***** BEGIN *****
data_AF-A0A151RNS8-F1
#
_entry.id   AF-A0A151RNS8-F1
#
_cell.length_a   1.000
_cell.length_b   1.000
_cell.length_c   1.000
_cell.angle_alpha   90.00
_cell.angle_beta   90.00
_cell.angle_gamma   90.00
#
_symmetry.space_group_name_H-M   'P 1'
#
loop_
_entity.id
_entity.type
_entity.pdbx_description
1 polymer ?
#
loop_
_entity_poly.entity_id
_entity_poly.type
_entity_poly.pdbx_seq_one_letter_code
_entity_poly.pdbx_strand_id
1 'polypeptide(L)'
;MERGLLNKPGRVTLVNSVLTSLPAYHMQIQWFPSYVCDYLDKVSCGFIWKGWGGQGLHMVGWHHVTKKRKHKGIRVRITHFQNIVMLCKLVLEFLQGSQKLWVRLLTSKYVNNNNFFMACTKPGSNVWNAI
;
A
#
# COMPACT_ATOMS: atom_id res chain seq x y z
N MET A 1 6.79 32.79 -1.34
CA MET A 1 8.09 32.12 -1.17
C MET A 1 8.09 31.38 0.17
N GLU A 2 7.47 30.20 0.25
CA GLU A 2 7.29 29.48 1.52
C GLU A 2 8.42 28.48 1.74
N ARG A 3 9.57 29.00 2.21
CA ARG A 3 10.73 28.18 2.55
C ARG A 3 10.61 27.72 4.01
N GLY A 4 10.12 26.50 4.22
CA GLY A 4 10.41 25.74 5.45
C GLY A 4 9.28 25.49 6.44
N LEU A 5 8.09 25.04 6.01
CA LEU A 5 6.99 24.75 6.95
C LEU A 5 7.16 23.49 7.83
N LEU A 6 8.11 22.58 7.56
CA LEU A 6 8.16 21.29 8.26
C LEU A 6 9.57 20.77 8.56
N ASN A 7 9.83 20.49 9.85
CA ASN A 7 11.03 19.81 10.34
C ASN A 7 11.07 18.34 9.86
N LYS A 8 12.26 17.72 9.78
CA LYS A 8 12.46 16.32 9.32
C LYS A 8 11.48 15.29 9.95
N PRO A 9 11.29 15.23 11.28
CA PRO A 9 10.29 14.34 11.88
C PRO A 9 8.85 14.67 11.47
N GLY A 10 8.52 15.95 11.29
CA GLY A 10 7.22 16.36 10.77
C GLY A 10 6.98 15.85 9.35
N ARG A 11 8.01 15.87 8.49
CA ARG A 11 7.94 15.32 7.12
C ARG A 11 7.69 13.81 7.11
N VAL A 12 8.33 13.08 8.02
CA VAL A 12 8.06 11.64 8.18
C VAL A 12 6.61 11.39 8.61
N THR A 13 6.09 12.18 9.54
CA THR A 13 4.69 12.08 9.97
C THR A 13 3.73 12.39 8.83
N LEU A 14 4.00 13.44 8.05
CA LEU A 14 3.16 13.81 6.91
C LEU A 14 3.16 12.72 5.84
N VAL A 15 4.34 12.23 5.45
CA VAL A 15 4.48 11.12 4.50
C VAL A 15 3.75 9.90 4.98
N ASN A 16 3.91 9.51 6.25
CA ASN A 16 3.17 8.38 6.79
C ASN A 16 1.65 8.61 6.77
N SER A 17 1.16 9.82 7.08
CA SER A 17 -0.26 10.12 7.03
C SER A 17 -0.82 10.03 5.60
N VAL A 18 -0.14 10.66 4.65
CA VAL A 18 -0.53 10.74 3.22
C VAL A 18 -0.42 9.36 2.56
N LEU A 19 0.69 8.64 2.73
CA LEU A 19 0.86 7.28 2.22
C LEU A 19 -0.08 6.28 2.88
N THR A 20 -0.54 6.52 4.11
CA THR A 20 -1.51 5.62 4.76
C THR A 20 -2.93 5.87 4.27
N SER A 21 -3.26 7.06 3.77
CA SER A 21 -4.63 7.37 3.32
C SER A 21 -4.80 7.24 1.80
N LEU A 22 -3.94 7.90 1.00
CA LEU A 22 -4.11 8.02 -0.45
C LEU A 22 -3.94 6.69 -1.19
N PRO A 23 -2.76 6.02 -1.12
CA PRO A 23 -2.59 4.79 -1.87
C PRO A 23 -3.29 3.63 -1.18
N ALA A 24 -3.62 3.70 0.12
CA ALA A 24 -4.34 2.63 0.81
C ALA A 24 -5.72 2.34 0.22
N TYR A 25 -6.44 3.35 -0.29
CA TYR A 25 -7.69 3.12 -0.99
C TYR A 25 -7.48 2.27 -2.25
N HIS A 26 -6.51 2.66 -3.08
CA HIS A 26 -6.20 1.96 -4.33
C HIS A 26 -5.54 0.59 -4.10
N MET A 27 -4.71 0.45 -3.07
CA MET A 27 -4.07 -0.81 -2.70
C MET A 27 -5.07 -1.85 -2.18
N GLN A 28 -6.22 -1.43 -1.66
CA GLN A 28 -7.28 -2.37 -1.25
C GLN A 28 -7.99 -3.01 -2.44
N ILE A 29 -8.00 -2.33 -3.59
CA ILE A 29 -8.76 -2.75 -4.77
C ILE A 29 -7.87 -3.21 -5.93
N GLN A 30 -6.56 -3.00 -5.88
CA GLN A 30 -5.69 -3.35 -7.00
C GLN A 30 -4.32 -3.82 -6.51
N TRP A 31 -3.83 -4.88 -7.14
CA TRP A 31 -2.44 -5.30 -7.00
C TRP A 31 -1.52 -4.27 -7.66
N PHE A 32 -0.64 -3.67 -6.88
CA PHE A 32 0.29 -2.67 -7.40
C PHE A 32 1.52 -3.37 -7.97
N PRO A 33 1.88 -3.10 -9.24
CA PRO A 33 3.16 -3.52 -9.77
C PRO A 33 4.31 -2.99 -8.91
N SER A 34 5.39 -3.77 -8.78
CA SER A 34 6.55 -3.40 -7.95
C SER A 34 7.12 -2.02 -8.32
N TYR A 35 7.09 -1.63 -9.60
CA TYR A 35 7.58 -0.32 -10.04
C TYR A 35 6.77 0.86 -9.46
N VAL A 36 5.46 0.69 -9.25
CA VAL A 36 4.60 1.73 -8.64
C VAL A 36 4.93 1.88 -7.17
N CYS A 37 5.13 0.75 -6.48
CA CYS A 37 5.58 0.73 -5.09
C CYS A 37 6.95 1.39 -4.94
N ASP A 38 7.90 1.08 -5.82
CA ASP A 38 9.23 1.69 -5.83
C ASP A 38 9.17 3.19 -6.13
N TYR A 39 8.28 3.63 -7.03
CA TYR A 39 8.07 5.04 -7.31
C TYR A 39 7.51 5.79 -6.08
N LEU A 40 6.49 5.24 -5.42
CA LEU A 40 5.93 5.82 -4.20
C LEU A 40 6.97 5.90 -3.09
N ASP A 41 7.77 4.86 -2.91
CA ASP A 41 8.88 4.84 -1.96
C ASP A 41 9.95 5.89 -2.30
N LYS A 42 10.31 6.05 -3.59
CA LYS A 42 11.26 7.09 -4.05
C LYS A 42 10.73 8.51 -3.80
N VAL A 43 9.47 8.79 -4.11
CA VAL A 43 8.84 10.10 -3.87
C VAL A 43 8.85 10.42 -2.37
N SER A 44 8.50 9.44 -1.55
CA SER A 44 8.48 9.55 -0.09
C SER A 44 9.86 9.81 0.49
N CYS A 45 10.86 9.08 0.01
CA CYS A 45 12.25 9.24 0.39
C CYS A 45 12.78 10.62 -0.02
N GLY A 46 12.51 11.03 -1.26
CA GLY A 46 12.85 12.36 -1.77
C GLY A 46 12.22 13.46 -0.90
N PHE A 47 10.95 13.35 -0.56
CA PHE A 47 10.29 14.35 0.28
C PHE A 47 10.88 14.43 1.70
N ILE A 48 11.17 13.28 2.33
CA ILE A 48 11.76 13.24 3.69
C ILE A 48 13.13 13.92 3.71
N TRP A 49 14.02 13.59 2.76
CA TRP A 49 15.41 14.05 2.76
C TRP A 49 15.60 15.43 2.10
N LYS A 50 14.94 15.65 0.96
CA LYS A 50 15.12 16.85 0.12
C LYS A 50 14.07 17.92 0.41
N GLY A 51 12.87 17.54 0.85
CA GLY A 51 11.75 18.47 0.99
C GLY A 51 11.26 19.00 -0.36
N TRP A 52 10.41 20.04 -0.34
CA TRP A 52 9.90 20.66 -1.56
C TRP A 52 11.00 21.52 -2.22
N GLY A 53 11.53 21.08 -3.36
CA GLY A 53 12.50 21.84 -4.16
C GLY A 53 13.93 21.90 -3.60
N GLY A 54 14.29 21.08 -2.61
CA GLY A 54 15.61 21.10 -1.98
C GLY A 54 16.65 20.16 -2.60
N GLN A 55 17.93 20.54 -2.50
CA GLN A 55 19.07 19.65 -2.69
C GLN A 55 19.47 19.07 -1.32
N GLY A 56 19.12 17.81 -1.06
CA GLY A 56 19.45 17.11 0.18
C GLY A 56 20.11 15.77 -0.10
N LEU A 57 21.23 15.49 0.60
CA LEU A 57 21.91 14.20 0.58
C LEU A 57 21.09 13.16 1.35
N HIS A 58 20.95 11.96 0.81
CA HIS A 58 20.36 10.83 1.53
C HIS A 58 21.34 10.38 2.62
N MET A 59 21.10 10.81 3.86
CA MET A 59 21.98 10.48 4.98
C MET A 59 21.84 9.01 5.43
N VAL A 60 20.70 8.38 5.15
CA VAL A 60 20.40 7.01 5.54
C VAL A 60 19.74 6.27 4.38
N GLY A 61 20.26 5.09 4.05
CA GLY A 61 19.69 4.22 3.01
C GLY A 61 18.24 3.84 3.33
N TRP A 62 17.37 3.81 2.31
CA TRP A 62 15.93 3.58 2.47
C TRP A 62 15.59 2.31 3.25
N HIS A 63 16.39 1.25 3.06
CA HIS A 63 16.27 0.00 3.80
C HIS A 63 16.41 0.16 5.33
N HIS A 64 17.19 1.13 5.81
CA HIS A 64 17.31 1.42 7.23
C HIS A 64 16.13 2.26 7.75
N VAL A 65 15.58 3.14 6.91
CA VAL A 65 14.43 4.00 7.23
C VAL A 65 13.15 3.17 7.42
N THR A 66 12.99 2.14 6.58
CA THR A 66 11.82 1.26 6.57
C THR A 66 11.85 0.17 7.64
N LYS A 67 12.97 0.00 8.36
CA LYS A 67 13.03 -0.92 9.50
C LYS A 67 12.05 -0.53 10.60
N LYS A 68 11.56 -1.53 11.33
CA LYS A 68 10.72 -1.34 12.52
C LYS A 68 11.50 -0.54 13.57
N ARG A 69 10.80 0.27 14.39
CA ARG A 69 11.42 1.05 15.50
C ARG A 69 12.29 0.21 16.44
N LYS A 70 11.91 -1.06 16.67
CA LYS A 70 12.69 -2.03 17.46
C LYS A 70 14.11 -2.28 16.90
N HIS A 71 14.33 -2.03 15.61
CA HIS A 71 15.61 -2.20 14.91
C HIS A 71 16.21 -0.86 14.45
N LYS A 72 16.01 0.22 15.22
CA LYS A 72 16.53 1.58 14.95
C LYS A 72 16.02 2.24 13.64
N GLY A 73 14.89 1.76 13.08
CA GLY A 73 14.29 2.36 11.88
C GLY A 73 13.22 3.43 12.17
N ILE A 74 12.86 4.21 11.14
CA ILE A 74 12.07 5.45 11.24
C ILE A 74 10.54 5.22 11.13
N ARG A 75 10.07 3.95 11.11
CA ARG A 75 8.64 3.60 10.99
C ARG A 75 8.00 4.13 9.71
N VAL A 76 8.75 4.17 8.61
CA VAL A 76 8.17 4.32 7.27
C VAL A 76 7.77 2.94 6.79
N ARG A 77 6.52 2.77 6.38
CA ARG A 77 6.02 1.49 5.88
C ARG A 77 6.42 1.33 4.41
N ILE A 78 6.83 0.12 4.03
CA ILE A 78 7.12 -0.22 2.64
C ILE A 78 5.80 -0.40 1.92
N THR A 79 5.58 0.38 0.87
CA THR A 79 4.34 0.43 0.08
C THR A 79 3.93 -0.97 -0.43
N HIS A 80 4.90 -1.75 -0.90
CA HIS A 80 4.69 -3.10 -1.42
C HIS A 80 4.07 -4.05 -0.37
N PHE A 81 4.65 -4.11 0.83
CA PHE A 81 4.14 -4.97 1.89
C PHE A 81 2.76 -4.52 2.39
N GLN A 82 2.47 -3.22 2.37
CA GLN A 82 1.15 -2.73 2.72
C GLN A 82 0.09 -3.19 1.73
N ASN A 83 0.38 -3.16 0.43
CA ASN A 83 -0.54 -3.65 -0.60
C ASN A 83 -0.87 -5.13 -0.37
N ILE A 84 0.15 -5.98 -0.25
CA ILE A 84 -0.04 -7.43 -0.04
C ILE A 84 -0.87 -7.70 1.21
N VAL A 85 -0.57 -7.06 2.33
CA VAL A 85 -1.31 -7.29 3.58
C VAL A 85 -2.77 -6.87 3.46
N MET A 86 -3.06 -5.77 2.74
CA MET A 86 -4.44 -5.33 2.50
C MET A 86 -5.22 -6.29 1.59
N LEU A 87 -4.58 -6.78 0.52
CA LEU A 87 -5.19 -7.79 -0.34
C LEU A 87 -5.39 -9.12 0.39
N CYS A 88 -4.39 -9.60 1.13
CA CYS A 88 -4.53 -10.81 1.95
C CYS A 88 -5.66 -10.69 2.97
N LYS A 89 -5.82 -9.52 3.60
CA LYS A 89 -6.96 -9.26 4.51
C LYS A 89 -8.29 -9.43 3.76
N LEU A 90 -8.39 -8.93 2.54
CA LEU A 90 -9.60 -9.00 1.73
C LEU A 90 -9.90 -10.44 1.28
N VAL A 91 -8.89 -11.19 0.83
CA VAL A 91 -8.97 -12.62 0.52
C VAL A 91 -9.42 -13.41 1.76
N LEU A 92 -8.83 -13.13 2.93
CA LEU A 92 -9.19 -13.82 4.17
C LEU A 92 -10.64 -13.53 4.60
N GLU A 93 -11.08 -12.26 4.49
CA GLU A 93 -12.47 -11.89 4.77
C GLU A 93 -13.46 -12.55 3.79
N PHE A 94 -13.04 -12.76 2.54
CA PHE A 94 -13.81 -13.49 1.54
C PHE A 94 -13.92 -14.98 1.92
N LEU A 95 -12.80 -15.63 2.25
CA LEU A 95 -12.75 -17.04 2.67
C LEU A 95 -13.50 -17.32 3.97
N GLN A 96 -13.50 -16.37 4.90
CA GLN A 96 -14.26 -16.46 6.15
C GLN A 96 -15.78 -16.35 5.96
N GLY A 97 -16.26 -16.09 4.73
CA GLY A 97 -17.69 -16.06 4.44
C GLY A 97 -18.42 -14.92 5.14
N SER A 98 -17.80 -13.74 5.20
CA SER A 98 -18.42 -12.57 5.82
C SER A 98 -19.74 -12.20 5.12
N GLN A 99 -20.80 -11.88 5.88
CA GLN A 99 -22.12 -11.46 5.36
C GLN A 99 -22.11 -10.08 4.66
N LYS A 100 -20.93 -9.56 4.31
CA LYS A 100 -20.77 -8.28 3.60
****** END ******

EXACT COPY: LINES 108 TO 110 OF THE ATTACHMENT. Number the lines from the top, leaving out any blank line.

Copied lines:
C HIS A 26 -5.54 0.59 -4.10
N MET A 27 -4.71 0.45 -3.07
CA MET A 27 -4.07 -0.81 -2.70